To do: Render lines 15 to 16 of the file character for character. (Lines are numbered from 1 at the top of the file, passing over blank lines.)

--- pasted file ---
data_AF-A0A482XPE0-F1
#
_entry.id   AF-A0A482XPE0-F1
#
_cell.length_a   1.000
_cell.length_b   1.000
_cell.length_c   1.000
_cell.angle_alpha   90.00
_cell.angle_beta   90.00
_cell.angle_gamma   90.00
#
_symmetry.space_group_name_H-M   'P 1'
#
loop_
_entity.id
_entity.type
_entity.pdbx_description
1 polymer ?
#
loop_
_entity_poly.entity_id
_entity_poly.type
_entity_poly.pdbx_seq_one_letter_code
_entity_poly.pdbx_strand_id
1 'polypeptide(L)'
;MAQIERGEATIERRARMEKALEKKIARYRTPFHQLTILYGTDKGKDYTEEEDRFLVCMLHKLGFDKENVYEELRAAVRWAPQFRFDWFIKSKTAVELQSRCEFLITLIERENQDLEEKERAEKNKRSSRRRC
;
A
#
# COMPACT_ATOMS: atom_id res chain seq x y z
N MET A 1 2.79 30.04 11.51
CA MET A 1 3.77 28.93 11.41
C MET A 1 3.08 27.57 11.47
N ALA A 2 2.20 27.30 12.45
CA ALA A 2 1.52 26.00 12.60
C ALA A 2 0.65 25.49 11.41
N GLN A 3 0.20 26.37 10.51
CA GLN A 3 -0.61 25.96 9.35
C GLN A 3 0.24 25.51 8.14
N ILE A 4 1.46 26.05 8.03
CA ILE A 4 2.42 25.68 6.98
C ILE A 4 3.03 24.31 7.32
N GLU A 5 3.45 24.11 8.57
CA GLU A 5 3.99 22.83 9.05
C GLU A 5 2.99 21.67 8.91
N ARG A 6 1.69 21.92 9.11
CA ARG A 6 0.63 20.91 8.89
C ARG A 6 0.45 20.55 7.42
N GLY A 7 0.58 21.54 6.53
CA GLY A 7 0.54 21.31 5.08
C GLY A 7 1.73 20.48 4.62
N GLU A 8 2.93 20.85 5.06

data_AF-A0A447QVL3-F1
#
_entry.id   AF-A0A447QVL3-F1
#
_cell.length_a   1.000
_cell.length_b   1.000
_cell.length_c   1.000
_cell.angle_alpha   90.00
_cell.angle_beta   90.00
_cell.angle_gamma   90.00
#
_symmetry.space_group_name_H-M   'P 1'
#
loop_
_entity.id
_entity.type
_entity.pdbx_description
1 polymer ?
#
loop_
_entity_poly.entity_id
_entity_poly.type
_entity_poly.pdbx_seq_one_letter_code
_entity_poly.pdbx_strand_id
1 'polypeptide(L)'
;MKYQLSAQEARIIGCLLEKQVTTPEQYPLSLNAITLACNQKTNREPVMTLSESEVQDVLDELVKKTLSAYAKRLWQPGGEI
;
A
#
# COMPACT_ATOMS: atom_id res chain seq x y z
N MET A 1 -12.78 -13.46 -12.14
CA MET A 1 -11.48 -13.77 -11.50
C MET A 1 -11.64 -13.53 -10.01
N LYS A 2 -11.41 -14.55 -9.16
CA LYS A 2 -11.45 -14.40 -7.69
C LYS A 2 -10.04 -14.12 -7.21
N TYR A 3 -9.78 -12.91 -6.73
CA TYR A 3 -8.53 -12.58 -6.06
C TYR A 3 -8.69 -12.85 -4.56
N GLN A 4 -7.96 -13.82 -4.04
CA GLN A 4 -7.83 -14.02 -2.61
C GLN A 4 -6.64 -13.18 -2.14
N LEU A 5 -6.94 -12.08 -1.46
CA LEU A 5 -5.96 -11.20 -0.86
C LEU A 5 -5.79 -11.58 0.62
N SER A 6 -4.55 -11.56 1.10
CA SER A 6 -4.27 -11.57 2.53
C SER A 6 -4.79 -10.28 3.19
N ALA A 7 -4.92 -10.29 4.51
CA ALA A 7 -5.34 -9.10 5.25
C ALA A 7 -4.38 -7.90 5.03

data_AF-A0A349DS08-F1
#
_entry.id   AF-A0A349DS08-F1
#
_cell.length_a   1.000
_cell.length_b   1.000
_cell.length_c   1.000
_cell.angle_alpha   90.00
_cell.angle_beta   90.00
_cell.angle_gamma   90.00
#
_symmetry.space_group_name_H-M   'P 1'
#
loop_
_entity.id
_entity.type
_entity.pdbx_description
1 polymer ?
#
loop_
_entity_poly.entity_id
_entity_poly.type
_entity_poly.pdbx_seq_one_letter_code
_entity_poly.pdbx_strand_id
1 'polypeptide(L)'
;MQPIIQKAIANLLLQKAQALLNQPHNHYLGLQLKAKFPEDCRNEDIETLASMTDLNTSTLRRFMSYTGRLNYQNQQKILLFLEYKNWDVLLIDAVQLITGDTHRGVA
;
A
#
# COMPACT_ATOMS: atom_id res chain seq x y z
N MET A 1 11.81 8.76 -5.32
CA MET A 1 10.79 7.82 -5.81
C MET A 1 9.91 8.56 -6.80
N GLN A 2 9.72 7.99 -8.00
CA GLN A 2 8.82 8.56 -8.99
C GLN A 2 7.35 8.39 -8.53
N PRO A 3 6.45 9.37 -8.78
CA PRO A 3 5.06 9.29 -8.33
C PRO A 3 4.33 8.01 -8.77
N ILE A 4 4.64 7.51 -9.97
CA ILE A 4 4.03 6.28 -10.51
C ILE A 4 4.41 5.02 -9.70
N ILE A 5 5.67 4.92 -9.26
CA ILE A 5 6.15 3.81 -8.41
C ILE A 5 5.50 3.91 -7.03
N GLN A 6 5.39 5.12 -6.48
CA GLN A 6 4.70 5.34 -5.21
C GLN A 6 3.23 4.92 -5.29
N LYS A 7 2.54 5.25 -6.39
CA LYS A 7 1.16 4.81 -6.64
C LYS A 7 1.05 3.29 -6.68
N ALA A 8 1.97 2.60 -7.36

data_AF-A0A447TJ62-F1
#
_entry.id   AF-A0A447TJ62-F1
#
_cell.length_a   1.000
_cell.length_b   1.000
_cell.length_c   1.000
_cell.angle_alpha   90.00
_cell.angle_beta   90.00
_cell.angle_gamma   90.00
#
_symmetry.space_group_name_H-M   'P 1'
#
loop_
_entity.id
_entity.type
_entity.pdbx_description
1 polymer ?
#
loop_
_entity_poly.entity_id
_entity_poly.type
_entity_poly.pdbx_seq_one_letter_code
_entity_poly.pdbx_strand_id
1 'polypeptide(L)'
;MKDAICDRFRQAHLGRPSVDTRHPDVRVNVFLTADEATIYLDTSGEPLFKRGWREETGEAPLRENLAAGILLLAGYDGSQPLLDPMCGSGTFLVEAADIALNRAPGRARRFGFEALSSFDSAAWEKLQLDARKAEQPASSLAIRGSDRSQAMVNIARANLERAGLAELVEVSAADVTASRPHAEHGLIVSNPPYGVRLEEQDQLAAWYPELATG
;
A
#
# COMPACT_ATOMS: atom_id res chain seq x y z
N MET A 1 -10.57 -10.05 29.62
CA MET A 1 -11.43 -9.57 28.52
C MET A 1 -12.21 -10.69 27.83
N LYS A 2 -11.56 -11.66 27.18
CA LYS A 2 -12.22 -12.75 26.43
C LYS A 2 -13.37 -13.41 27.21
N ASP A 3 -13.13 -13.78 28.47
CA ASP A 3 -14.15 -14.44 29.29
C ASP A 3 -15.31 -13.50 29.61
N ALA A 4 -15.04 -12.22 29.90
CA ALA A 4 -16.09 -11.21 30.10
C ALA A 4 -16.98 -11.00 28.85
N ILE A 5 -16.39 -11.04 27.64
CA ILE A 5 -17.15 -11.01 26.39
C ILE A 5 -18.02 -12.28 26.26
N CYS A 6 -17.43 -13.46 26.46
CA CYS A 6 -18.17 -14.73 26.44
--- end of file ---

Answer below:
_entity.id
_entity.type